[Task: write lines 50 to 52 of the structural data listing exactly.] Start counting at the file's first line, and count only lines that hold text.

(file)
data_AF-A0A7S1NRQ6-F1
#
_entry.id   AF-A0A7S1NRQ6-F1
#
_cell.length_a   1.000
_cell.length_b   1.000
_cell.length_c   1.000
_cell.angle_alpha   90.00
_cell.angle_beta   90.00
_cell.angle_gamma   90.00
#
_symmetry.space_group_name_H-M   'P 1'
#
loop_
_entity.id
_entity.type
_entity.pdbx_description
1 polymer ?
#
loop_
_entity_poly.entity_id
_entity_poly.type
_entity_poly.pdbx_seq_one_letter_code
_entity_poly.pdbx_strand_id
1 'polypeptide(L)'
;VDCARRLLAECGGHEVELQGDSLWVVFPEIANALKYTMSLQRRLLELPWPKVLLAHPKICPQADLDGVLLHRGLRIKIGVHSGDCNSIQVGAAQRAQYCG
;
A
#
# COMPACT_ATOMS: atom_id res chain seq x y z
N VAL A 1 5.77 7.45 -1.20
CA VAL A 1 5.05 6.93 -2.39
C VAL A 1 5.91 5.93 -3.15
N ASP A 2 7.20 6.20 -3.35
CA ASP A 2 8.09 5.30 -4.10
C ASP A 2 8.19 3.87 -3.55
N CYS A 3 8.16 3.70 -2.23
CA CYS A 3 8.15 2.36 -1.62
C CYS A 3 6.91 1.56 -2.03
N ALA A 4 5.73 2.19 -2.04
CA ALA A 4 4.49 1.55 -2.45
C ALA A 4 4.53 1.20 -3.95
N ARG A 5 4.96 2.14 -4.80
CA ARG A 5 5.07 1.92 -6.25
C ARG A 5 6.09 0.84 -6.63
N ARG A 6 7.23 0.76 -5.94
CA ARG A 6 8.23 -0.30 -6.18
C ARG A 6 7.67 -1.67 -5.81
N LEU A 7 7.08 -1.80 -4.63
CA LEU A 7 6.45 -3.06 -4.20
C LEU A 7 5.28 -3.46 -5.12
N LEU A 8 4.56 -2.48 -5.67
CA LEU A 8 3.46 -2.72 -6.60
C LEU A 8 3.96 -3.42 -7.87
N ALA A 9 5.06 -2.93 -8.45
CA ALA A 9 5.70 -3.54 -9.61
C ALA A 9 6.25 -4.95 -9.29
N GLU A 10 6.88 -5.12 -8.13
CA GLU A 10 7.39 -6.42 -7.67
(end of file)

CA LEU A 7 6.45 -3.06 -4.20
C LEU A 7 5.28 -3.46 -5.12
N LEU A 8 4.56 -2.48 -5.67